Pitt band to find home in Victory Heights


Kaycee Orwig | Senior Staff Photographer

The Pitt band currently uses the Sports Dome and Cost Center for most of its practice, but the new Victory Heights facility will give them a larger and more updated space.

By Henry Jackson, Staff Writer

Though its members perform through events with a lively spirit, being in Pitt band isn’t all fun and games. Behind the scenes, the program has had to deal for years with the logistical and organizational difficulties of not having a consistent home base.

So when details for the Victory Heights initiative were revealed to involve a new band room, members of the Pitt band and color guard were understandably excited.

“We’re very excited about the new plan. We’re really happy that we’re part of all that, that people recognize our importance,” Brad Townsend, director of the band, said. “These students work hard and they deserve to have good facilities as well, and they recognize that if we have better facilities we’ll be able to give a better experience to the students and perform better as well.”

The $250 million Victory Heights plan, as announced by the University on Jan. 14, will add several state-of-the-art facilities for various Pitt Athletics programs. Pitt’s band will share space with the track and field team in a complex set to begin construction behind the Cost Center, where the sports dome is currently located, in 2022 and finish in 2024.

Headquarters for the Pitt band are currently located in the basement of Trees Hall, a space that’s proven largely inadequate.

“We have almost 350 band members, almost 75 cheer and dance team members, and they don’t have a space to practice, they don’t have a place to call their own,” Deputy Athletic Director Christian Spears said.

The Pitt band uses the Sports Dome and Cost Center for most of its practice, and while such facilities fill formation and training needs, Victory Heights will fill a dire musical need.

“The music hall facility is something that we don’t have right now,” senior Scotty Poepoe said. “The ability to be indoors and be seated in a concert formation to practice music is huge.”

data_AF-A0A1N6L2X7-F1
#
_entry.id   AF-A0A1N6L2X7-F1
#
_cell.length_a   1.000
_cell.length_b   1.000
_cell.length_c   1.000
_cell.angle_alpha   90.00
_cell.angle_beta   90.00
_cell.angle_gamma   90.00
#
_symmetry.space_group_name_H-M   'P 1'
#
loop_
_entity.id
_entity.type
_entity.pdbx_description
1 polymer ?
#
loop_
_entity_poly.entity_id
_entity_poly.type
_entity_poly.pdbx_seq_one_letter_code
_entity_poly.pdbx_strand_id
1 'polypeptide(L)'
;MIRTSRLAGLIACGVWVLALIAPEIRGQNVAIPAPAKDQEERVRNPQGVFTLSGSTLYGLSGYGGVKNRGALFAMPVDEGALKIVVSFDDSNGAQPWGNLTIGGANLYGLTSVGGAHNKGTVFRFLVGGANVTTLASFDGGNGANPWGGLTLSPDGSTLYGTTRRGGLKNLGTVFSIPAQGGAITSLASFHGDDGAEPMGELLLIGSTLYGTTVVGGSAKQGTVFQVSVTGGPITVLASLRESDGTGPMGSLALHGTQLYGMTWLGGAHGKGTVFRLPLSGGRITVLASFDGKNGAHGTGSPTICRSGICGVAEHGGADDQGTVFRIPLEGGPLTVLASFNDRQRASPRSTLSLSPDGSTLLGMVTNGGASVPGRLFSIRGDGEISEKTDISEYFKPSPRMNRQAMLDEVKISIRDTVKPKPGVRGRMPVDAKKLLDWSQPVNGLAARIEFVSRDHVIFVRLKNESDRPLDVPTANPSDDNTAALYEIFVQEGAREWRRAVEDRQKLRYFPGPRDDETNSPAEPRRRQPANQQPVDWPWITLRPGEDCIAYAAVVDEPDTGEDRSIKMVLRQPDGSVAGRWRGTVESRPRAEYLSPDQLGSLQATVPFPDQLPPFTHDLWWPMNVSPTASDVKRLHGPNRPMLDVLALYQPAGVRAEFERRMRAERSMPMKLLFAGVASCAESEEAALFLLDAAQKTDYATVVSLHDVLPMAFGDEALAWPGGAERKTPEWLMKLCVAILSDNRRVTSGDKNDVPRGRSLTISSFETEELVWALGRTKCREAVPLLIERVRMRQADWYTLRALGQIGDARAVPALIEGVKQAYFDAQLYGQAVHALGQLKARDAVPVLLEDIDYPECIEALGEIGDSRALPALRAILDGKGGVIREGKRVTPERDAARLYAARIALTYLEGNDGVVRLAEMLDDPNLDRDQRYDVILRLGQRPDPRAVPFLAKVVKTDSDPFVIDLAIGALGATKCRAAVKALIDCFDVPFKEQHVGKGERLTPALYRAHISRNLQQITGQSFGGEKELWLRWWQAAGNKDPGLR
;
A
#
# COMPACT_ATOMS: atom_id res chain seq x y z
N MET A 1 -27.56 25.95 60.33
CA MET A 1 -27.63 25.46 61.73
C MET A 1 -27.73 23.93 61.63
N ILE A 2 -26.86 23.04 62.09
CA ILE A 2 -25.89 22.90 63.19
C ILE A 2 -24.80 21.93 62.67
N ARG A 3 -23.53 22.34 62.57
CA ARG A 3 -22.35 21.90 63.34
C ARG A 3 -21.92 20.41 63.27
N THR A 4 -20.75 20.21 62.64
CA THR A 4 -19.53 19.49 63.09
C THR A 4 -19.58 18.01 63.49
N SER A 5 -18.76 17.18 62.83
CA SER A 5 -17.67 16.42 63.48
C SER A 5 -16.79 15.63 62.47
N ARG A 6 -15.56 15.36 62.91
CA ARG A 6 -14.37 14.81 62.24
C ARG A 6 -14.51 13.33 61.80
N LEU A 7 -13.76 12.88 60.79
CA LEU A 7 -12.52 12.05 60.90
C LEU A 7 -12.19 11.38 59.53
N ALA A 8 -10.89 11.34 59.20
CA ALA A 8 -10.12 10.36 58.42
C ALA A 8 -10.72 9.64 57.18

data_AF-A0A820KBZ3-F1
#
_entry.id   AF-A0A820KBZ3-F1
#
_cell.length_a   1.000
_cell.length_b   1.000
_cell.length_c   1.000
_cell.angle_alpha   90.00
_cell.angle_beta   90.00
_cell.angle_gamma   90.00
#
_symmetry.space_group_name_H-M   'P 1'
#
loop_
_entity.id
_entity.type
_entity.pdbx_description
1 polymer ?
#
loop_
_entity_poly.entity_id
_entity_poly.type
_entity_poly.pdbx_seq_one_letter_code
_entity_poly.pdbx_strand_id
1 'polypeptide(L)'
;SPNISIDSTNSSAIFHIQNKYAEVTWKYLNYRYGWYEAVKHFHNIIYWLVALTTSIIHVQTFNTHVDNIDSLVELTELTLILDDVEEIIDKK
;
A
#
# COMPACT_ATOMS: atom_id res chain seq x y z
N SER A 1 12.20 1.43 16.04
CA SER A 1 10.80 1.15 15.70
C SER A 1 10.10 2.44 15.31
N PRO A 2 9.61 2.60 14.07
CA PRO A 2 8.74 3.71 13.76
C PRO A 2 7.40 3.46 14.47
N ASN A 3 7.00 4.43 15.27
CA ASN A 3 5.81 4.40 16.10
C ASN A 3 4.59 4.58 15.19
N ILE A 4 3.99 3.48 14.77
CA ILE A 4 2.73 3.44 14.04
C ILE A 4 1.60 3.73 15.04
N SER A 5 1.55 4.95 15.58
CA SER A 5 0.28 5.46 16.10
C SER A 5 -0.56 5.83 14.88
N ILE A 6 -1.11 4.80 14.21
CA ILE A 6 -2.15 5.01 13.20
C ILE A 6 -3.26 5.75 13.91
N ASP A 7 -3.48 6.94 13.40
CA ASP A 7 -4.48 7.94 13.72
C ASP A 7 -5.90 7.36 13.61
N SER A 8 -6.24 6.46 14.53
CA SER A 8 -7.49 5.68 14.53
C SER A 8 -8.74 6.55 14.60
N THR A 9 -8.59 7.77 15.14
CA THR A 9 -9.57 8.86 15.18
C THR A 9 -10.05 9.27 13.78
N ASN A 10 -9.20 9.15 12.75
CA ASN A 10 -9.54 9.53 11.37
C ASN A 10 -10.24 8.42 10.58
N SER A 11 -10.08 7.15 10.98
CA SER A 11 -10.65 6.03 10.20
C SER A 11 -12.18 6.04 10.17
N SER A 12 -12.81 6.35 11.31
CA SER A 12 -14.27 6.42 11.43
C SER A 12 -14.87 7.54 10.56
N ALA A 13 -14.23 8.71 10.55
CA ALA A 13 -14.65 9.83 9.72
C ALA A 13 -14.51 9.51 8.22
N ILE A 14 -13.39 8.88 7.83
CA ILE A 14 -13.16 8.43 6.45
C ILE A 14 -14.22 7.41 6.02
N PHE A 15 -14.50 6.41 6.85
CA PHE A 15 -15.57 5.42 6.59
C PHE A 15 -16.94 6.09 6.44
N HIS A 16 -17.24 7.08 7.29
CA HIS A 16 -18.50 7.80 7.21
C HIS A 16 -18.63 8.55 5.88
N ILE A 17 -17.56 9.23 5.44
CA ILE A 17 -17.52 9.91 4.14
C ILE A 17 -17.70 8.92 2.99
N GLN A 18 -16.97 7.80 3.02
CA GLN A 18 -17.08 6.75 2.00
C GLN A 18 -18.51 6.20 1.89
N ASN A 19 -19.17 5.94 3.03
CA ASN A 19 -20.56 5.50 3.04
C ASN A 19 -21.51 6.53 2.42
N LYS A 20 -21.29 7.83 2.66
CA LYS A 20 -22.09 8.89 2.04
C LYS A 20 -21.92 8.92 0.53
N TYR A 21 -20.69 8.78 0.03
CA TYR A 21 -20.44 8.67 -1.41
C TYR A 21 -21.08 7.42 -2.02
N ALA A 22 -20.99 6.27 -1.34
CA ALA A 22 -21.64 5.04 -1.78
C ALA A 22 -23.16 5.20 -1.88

Victory Heights will also solve the considerable storage problem the 308-member band faces daily, providing a stark spatial contrast to its present quarters.

“It’s not often that the entire 300-person band is in the same room, but on game days we are, and there’s not enough room for probably 180 people to be in there let alone 300,” senior Danielle Schomer said. “So I think it’ll be nice to have storage separate from our attached practice facility.”

Overall, Victory Heights will enable the Pitt band to become more organized and have one consistent location to use. The initiative will also create improved facilities for the color guard with heightened ceilings and mirrors.

The improvements were long overdue for the band, which has constituted the largest student organization on campus for much of its 108 years. Highlighted by its color guard and the signature Golden Girls, the band adds excitement to football, basketball and volleyball games. It also represents the University off-campus, making appearances at high school exhibitions, parades and the occasional Steelers game.

Many band members believe Victory Heights will not only provide much needed amenities for storage and music, but may also afford an opportunity for the band to re-achieve national prominence.

During Pitt’s reign of football dominance in the 1970s and ’80s, the Pitt band was recognized as one of the best in the country, according to Townsend.

“The first college band I ever saw was the Pitt band,” Townsend said. “I can still remember the band came running out of the tunnel at old Pitt stadium, so I knew what a great tradition there was here.”

With both the basketball and football programs on the upswing, then, it stands to reason that Pitt’s band should likewise up its game.

“We feel like we do a really good job as is, but we think we’re really going to be able to jump up to the next level, both providing a better experience for the students and also being able to jump and make big strides from a performance standpoint,” Townsend said.

As in other sports, recruiting will be the key to building a powerhouse marching band. But most of the time, recruiting musicians isn’t the same as men’s basketball coach Jeff Capel competing over five-star point guards.

“When I was looking at colleges, I wasn’t entirely sure if I wanted to do marching band actually,” Poepoe said. “But my friend who was in the Pitt band at the time totally convinced me to join because he put all of my worries to rest about the time commitment and academics.”

A modern music hall may make it easier to attract such talent in the future, making it possible for the band to rise to prominence once more. Or at the very least, have a space large enough to practice and store instruments.

“I think when people see what a nice facility we have, which is something we can’t really brag about right now, people will want to be a part of something like that, something successful and something important,” Townsend said.